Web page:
As companies feel the economic impacts of the COVID-19 pandemic, many are faced with the need to rapidly close their doors or lay off workers. Under California law, covered employers who order a mass layoff or close a facility are required to provide at least 60 days’ notice to affected employees as well as to state and local officials. Failure to provide the 60 days’ notice can result in liability for back pay, benefits, and a penalty of $500 per day.
Unlike the federal WARN Act, the California WARN Act does not provide any relief for employers that take these actions due to unforeseen business circumstances. But on March 17, 2020, Governor Gavin Newsom issued an executive order to provide some relief to employers during this unprecedented time.
Under Executive Order N-31-20, the requirement for covered employers to provide 60 days’ notice before a mass layoff, relocation, or facility closing is suspended if the event is caused by COVID-19-related business circumstances that were not reasonably foreseeable as of the time that notice would have been required. Employers are still required to give written WARN notices as soon as is practicable, and the notices must briefly state the basis for reducing the notification period. Additionally, any WARN notices provided after March 17, 2020, must state: “If you have lost your job or been laid off temporarily, you may be eligible for Unemployment Insurance (UI). More information on UI and other resources available for workers is available at labor.ca.gov/coronavirus2019.”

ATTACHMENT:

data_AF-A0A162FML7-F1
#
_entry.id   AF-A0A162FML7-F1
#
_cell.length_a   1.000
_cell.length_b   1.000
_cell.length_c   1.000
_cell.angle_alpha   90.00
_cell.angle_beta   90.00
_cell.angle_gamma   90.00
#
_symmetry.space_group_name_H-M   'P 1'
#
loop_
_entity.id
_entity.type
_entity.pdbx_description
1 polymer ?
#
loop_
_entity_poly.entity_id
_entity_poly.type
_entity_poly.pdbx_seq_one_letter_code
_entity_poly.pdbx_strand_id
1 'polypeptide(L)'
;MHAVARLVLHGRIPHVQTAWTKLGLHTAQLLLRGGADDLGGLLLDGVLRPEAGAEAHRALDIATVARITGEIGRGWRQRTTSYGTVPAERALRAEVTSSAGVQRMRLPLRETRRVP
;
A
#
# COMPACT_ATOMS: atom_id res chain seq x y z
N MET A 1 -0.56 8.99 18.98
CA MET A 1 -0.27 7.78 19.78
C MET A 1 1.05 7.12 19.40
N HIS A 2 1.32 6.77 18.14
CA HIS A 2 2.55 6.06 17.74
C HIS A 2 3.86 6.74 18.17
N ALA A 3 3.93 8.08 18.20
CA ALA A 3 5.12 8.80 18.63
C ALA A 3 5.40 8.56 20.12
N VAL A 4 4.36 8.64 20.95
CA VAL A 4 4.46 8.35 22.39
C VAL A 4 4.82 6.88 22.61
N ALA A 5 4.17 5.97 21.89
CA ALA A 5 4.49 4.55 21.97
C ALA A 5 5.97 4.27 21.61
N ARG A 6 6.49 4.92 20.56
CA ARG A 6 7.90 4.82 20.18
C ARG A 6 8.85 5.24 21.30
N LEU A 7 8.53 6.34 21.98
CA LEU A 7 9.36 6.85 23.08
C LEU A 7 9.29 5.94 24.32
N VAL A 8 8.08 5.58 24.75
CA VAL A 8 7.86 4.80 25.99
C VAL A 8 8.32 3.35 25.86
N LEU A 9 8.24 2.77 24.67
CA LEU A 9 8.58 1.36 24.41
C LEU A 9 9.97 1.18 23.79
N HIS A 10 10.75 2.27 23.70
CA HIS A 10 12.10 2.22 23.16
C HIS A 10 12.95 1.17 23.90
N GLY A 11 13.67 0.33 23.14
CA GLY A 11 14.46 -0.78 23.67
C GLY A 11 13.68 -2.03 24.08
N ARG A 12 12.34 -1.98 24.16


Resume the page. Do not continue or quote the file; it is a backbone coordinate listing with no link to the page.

The relief provided under Executive Order N-31-20 is retroactive to March 4, 2020, and will continue through “the end of this emergency.” By March 23, 2020, the Labor and Workforce Development Agency is required to provide guidance to the public regarding implementation of the executive order.